What is the True Nature of Prayer? – Part 2 – Consciousness, Matter and the World

What is the True Nature of Prayer? – Part 2 – Consciousness, Matter and the World June 8, 2023

Image by Nato Pereira from Pixabay

What is the True Nature of Prayer? – Part 2

In Part 1 of this article


it was suggested that the traditional notion of prayer might at this point in history be due for deeper analysis and understanding.

Traditional religious systems often assert that the core revealed teaching must be considered as whole, complete, and unchanging for eternity — the “eternal truths”. Yet just as knowledge must be made simple for a childhood stage of development until the collective mind is capable of processing more sophisticated knowledge, spiritual truths might similarly take on new and deeper meaning as we continue to learn, grow, and evolve as a species and culture.

Note that through the millennia, the term “prayer” itself has taken on many connotations, some of which may seem trite, sentimental, or superstitious. The reader is urged not to prematurely dismiss the following on this basis. If the term “prayer” is a stumbling block, you may substitute “directed quantum decoherence” (though it is a bit more unwieldy.)

What follows then, are some exploratory thoughts about the meaning of prayer in light of current understanding of the sciences, human psychology, and of the cosmos at large. Despite many claims to the contrary, perhaps there may be an intersection between science and spirituality after all.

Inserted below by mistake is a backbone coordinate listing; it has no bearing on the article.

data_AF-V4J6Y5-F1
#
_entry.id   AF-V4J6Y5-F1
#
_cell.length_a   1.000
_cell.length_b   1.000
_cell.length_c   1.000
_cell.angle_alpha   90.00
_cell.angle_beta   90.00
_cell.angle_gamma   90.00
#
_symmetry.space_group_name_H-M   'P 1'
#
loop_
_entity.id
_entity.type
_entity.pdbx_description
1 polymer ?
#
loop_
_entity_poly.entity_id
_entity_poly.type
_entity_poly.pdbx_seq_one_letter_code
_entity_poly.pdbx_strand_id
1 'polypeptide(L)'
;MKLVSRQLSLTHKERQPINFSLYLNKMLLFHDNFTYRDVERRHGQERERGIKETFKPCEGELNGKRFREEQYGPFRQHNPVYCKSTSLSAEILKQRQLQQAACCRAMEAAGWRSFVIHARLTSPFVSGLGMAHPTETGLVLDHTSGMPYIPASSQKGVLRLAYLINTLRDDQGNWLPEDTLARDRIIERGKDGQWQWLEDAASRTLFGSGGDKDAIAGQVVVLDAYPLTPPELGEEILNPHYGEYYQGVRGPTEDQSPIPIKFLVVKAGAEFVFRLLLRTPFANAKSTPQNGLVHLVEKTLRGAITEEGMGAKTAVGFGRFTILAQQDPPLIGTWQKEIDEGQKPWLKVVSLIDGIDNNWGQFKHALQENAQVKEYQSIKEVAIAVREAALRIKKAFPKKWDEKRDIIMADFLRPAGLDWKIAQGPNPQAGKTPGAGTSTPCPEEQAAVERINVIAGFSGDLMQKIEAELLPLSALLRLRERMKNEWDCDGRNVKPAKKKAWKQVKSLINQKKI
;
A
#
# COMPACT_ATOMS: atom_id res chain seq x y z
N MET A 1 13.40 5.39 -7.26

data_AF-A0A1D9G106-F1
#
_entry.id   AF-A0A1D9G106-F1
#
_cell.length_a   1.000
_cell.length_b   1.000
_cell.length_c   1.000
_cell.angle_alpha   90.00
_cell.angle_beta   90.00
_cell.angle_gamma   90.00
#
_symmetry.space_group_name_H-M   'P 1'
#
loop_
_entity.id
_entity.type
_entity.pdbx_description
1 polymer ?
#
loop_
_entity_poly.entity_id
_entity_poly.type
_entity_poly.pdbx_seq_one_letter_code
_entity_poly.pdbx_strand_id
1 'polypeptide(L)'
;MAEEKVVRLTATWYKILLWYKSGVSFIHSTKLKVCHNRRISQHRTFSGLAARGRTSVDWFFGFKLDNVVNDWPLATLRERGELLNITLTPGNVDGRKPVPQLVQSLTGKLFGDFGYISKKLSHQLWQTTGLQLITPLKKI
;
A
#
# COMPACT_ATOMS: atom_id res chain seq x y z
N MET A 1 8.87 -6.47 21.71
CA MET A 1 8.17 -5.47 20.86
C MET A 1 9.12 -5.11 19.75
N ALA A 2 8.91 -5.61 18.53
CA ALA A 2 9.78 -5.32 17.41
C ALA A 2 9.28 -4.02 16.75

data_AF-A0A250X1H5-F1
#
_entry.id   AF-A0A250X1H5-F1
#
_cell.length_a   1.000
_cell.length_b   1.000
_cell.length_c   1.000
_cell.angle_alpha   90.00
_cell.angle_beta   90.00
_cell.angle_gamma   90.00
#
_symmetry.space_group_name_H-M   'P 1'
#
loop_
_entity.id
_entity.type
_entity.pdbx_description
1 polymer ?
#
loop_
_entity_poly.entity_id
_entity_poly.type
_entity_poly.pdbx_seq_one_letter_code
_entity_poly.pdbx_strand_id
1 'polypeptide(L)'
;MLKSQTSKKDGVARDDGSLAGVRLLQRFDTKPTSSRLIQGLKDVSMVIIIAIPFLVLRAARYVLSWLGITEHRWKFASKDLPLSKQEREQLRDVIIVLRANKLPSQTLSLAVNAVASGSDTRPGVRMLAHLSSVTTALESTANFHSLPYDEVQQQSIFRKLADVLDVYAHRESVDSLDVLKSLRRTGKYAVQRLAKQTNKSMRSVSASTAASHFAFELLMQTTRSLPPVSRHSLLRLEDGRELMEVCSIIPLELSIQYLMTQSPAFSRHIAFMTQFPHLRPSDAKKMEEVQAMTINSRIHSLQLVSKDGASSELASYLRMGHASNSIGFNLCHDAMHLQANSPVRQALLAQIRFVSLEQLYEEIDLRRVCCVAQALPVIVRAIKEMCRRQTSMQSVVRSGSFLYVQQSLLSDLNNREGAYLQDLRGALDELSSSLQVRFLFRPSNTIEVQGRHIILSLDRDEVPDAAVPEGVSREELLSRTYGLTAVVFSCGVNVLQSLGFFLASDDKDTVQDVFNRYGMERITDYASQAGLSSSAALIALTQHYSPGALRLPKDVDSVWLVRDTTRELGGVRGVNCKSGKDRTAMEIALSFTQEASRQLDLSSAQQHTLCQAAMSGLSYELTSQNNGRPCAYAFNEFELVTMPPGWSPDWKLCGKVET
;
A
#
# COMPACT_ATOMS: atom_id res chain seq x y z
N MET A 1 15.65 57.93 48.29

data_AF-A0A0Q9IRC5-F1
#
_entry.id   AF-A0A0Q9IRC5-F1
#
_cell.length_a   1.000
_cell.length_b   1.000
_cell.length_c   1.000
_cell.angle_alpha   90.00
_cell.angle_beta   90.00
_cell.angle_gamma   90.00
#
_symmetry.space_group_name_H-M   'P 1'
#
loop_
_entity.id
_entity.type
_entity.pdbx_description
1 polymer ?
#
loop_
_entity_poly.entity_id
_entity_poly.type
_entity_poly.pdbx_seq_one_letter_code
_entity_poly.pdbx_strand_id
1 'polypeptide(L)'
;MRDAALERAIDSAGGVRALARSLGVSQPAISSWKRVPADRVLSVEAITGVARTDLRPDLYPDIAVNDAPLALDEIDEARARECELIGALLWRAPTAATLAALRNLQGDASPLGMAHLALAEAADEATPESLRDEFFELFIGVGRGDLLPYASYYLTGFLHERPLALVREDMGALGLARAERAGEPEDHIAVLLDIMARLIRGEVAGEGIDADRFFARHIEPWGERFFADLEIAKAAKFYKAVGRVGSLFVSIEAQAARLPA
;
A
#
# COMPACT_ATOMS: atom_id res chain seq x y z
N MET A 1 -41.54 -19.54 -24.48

To fully explore this topic would require a textbook, but as a first-pass high-level overview, we will consider the following topics in a series of blogs. (The first six topics are not specifically about prayer, but are necessary prerequisites for final theory.)


– What is Consciousness?

– What is Matter?

– What is the World?

– What is Time?

– What is Life?

– What is the Self?

… and finally,

– What is Prayer?


What is Consciousness?

Perhaps a simple, rock-bottom definition of consciousness that both metaphysicalists and scientists might agree upon would be: “A change in perceptual state due to interaction with a phenomenon perceived as ‘other’ to the perceiving/experiencing entity”.

In contemporary science, this ability to have subjective conscious experiences, is held to be an end-product of evolution, once the nervous system has reached a sufficient level of complexity. Some go so far as to suggest consciousness is merely epiphenomenal — an illusion — something that rides along with physical activity but has no real causal effect. (These are mostly the “there is no free will” crowd.)

Yet the fundamental nature of consciousness – its actual mechanism – continues to be known as “The Hard Problem” (as coined by philosopher David Chalmers). No satisfying explanation has yet emerged to show how the random interactions of subatomic particles and forces should end up producing the works of Shakespeare, the inspiration of poetry and music, the experience of the taste of chocolate, or other abstractions.

Especially in the West, it is common to think of consciousness as something that people “have”. A debate then follows as to how far down the ladder of complexity does consciousness go. When defined as self-awareness, many agree that apes and dolphins have consciousness. When defined as the ability to have subjective experience, we anesthetize house pets for surgery because we believe they can experience pain and terror. What about birds? Insects? Plants? Rocks? Cells? Atoms? What about fields and forces? Though it may be anthropomorphizing, it is difficult to image these as having consciousness.